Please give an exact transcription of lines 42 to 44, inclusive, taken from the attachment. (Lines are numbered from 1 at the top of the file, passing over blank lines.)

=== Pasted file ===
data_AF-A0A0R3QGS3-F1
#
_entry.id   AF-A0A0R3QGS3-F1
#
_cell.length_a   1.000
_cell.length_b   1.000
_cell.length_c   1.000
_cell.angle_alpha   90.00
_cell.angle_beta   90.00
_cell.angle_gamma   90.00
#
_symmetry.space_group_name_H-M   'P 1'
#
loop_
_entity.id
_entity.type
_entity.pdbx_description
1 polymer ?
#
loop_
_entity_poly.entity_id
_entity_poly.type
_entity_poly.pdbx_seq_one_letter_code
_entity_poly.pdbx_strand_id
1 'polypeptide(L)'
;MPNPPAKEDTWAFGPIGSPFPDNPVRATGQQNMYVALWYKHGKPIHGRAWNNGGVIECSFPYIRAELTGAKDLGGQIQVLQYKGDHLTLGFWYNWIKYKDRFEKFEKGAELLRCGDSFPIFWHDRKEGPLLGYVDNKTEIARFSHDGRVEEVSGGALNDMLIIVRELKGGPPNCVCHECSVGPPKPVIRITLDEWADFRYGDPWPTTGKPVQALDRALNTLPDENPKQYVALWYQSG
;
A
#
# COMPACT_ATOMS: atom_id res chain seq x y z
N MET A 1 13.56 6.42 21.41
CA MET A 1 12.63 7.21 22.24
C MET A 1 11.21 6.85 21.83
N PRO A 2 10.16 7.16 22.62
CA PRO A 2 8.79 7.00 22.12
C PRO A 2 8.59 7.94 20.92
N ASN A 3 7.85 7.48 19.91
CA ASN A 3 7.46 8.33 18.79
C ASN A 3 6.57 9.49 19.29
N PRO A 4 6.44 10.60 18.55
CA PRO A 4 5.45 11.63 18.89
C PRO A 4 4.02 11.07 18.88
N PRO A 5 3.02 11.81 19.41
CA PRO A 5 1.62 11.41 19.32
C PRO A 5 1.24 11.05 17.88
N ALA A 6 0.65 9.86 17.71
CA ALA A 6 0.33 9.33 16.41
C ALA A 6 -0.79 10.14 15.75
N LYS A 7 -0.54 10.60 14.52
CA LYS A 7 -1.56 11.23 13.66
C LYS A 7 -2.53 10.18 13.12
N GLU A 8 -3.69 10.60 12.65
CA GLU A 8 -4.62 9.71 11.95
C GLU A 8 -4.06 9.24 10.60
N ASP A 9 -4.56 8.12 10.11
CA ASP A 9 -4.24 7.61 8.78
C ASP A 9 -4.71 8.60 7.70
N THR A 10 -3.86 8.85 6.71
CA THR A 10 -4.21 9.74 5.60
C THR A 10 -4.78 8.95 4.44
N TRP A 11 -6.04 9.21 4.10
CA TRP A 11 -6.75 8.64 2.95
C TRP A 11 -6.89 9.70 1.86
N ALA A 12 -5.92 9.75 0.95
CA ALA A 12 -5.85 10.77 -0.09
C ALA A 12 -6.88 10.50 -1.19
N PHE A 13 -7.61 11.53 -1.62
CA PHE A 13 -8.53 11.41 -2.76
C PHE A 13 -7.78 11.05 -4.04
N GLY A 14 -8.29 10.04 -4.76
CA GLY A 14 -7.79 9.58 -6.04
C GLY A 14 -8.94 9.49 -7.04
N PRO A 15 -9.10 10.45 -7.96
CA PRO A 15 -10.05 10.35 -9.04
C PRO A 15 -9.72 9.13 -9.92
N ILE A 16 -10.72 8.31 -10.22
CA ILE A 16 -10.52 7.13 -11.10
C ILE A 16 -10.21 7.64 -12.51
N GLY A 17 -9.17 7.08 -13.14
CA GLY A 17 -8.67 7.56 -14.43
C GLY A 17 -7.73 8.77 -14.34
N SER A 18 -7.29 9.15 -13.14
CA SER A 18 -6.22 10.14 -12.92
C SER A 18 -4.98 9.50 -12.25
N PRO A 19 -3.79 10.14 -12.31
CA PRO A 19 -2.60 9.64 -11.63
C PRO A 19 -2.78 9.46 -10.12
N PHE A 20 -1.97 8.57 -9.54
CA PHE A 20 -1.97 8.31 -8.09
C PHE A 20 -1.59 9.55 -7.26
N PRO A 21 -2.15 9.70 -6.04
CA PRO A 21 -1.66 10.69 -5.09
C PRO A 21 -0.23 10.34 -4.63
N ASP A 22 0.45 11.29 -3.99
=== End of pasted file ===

C PRO A 4 4.02 11.07 18.88
N PRO A 5 3.02 11.81 19.41
CA PRO A 5 1.62 11.41 19.32